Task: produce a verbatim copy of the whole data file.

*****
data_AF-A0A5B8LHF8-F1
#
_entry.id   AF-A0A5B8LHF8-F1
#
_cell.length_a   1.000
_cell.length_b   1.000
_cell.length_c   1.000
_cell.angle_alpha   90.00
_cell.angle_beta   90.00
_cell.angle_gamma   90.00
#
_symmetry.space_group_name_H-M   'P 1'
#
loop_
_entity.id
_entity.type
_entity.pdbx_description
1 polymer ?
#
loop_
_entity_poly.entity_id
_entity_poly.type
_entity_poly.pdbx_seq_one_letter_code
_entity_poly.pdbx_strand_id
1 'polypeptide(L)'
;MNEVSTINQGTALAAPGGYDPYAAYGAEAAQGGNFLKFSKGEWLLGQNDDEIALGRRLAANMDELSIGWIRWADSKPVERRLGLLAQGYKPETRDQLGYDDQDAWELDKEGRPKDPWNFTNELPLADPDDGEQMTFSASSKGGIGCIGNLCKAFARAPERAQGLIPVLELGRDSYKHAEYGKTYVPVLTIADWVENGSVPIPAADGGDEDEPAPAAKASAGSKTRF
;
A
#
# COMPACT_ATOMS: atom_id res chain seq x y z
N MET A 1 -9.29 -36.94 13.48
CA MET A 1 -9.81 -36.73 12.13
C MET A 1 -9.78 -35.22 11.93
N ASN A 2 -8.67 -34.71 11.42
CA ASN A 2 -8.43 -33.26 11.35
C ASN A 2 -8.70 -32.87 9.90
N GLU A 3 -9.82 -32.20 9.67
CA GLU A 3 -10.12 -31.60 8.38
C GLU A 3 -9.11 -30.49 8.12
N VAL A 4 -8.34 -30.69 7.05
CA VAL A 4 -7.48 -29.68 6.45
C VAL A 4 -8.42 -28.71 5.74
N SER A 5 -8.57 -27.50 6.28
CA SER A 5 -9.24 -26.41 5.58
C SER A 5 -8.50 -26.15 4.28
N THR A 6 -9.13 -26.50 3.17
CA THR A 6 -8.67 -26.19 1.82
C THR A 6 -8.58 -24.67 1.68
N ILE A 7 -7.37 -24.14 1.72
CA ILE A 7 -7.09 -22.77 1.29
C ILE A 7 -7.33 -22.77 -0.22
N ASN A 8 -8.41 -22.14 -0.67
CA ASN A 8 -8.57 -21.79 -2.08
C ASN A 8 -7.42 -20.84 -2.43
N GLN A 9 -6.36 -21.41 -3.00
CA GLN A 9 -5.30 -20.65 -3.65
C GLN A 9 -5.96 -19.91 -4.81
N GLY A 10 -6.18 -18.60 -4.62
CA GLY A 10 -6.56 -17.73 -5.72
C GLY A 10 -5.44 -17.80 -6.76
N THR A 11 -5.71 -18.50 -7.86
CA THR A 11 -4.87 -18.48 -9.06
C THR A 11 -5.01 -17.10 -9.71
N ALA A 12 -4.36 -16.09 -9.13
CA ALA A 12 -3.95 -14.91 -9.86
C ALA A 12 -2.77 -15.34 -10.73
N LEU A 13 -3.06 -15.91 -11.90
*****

data_AF-A0A5B8LHF8-F1
#
_entry.id   AF-A0A5B8LHF8-F1
#
_cell.length_a   1.000
_cell.length_b   1.000
_cell.length_c   1.000
_cell.angle_alpha   90.00
_cell.angle_beta   90.00
_cell.angle_gamma   90.00
#
_symmetry.space_group_name_H-M   'P 1'
#
loop_
_entity.id
_entity.type
_entity.pdbx_description
1 polymer ?
#
loop_
_entity_poly.entity_id
_entity_poly.type
_entity_poly.pdbx_seq_one_letter_code
_entity_poly.pdbx_strand_id
1 'polypeptide(L)'
;MNEVSTINQGTALAAPGGYDPYAAYGAEAAQGGNFLKFSKGEWLLGQNDDEIALGRRLAANMDELSIGWIRWADSKPVERRLGLLAQGYKPETRDQLGYDDQDAWELDKEGRPKDPWNFTNELPLADPDDGEQMTFSASSKGGIGCIGNLCKAFARAPERAQGLIPVLELGRDSYKHAEYGKTYVPVLTIADWVENGSVPIPAADGGDEDEPAPAAKASAGSKTRF
;
A
#
# COMPACT_ATOMS: atom_id res chain seq x y z
N MET A 1 -9.29 -36.94 13.48
CA MET A 1 -9.81 -36.73 12.13
C MET A 1 -9.78 -35.22 11.93
N ASN A 2 -8.67 -34.71 11.42
CA ASN A 2 -8.43 -33.26 11.35
C ASN A 2 -8.70 -32.87 9.90
N GLU A 3 -9.82 -32.20 9.67
CA GLU A 3 -10.12 -31.60 8.38
C GLU A 3 -9.11 -30.49 8.12
N VAL A 4 -8.34 -30.69 7.05
CA VAL A 4 -7.48 -29.68 6.45
C VAL A 4 -8.42 -28.71 5.74
N SER A 5 -8.57 -27.50 6.28
CA SER A 5 -9.24 -26.41 5.58
C SER A 5 -8.50 -26.15 4.28
N THR A 6 -9.13 -26.50 3.17
CA THR A 6 -8.67 -26.19 1.82
C THR A 6 -8.58 -24.67 1.68
N ILE A 7 -7.37 -24.14 1.72
CA ILE A 7 -7.09 -22.77 1.29
C ILE A 7 -7.33 -22.77 -0.22
N ASN A 8 -8.41 -22.14 -0.67
CA ASN A 8 -8.57 -21.79 -2.08
C ASN A 8 -7.42 -20.84 -2.43
N GLN A 9 -6.36 -21.41 -3.00
CA GLN A 9 -5.30 -20.65 -3.65
C GLN A 9 -5.96 -19.91 -4.81
N GLY A 10 -6.18 -18.60 -4.62
CA GLY A 10 -6.56 -17.73 -5.72
C GLY A 10 -5.44 -17.80 -6.76
N THR A 11 -5.71 -18.50 -7.86
CA THR A 11 -4.87 -18.48 -9.06
C THR A 11 -5.01 -17.10 -9.71
N ALA A 12 -4.36 -16.09 -9.13
CA ALA A 12 -3.95 -14.91 -9.86
C ALA A 12 -2.77 -15.34 -10.73
N LEU A 13 -3.06 -15.91 -11.90